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1424 Words Essay on Laughter

We do not laugh because we are happy,’ we are happy because we laugh, says William James the father of modern psychology.

If you allow yourself to develop naturally, the humour and fun expand your experiences of personal happiness and enrich your health. Health flourishes in a happy environment.

Thus, we should Endeavour to fight ill-health and their evils of life, by levity. Every time we smile – but more so when we laugh – it adds something to our life.

It is true because smiling, much more laughing, removes the cobwebs of morbidity and ushers us to the sunshine of the heart. A smile is something which bursts into laughter. Ill-temper, anger, hostility and aggression Come from our inability to look at the pleasant side of life. If we face the sun, we do not see the shadows!

Jocose imaginations or comicality springs from perceiving the contract between what is and what should be. Even the seemingly sad side of a situation has sunny side to it.

Summer Laughter | "A day without laughter is a day wast ...

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Consider the grim situation in isolation, and you get stuck in grooves of graveness. Humour is nature’s gift to us so that we absorb shocks of life without sufferings their ill- effects. It sponges shocks of everyday life and in a flash either dilutes or neutralize the bitterness inherent in a given situation, William Hazlitt has aptly defined humour as “the describing of the ludicrous as it is in itself.”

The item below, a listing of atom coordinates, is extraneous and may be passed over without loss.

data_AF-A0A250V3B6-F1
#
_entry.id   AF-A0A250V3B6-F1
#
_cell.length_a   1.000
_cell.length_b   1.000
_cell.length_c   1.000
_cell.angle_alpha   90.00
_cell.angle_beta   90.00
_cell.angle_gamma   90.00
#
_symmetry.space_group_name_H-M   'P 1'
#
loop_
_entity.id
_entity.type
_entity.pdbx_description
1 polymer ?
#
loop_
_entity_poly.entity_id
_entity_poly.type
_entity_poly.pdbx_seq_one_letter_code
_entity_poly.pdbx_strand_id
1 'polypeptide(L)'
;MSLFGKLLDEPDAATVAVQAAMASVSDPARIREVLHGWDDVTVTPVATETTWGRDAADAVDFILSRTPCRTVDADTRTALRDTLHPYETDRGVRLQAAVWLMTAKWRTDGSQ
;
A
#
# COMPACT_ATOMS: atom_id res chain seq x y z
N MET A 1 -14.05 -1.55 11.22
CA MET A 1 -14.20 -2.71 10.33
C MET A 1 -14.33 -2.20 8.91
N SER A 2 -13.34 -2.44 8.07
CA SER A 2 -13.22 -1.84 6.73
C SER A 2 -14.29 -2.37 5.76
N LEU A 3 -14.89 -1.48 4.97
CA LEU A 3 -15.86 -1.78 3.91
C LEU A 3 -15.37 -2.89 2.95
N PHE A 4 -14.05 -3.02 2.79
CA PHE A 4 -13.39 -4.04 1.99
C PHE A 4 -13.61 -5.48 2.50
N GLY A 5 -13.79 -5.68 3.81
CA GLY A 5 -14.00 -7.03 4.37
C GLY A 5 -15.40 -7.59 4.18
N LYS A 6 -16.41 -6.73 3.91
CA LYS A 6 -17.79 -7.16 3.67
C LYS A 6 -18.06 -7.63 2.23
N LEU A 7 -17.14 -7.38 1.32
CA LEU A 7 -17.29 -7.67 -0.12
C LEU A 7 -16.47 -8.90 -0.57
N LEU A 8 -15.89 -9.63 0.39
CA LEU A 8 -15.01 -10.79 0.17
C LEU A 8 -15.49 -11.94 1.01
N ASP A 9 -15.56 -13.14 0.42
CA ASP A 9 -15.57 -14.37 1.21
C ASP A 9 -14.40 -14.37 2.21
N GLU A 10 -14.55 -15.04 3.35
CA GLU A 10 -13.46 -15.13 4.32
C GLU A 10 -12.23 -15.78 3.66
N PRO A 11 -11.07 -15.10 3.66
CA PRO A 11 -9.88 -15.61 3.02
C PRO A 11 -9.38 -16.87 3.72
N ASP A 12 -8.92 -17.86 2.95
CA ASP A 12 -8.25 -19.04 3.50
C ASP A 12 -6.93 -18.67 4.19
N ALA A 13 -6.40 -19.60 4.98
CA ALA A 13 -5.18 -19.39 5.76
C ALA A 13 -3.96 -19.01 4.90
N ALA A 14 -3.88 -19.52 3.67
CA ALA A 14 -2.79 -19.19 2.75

A spinster, in her will, specified all the pall-bearers at her funeral should be women. She explained that “No man has ever taken me out. I see no reason why they should do so after my death,” she recorded.

Laughter of children and young girls are, and has been, the most delightful of sounds. A Renuka Shahane smile, which opens the lips and the heart showing the pearls of soul, is for us to delight in. But do we care or notice? Life is a running chain of painful and unavoidable incidents. They are inflicted upon us and we resent them. In fact, it is not the incidents but our reaction to them that causes suffering.

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Our reaction is something, which we can control and mould though it needs patience and practice. Newton’s dog, Diamond, jumped on his papers. A candle set them afire reducing his important work to a heap of ashes. Newton simply observed, “Diamond, you do not know what you have done”.

In a similar bad situation Edison is said to have calmly observed, “it burns all my mistakes.” A proper perspective is a necessity. Nietzsche says, “Perhaps I know best why it is a man alone who laughs he alone suffers so deeply that he had to invent laughter.”